Slow roast tomato soup with ibérico paleta

by Ed Smith

A highly flavoursome tomato soup topped with croutons and Spanish ham

Slow roasting tomatoes encourages a depth flavour that you just don’t get in a normal tomato soup; there’s buckets of umami too. Which makes this an incredibly satisfying and moreish soup. But even the best soups need embellishments to ensure your interest is maintained from first to last spoonful.

Here, I suggest topping with crunchy croutons made from the end of your loaf and, more significantly, strips of ibérico paleta—the cured, air dried shoulder of the same pigs whose back legs become jamón ibérico de bellota. There aren’t many things that could stand up to the intensity of the soup, but this meat does.


2kg ripe tomatoes, halved
Sea salt flakes
Extra virgin olive oil
2 tbsp sherry vinegar
1 heaped tbsp granulated sugar
3 sprigs of thyme
1 bulb of garlic
1 banana shallot, finely diced

For the stock:
3 large carrots, peeled and roughly chopped
2 celery sticks, roughly chopped
1 litre water

To garnish:
50g ibérico paleta
1 slice of sourdough, torn into croutons


Heat the oven to 170C. Lay the tomatoes on a large roasting or baking tray (or two, if necessary), with cut side facing up. Sprinkle each with a few flakes of good salt—you’ll need five or six pinches overall. Then drizzle each with extra virgin olive oil and a few drops of sherry vinegar, dust with the sugar and pick the thyme leaves over the top. Place in the oven for 30 mins, during which time the tomatoes will start to slowly cook down, with plenty of moisture coming out. Add the garlic bulb into the tray—rolling and submerging it in tomato liquor—and cook the tomatoes for 60-90 mins more, depending on their size, until all are shrunken and shrivelled, with just a tablespoon or two’s worth of sticky juices left in the pan.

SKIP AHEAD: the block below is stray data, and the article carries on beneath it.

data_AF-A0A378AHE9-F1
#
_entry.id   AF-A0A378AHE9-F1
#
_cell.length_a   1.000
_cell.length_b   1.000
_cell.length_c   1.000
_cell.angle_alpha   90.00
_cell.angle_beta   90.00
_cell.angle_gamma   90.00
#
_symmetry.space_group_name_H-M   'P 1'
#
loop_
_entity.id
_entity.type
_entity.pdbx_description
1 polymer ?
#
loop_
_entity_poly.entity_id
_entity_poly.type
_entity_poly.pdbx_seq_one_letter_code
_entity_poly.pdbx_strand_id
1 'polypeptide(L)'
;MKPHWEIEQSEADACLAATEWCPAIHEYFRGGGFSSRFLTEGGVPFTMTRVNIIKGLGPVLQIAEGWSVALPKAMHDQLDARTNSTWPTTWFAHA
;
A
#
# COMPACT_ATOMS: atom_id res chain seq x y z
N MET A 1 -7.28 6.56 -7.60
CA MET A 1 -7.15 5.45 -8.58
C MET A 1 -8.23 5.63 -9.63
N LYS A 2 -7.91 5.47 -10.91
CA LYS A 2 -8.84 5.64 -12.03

Meanwhile, make a stock by combining the carrots, celery and water in a saucepan. Bring to the boil then simmer for 40 mins. Drain the stock into a jug and eat the vegetables alongside another meal if you can.

When the tomatoes are ready, put a little oil in a saucepan over a medium heat. Gently sweat and soften the diced shallot for 3 mins before adding the tomatoes and stock. Squeeze the garlic into the pan too, bring to a boil then reduce to a simmer for 15 mins. Stir occasionally—the tomatoes will break down a little, but the soup is meant to be textured.

Fry the bread in olive oil with salt and garlic too if you wish. Tear the paleta length-ways along the direction of the fat and sinew.

Check the tomato soup for seasoning, adding more salt and sherry vinegar to taste. Then decant into four bowls, top with the croutons and ham and a splash of extra virgin olive oil.

Recipe & image: Ed Smith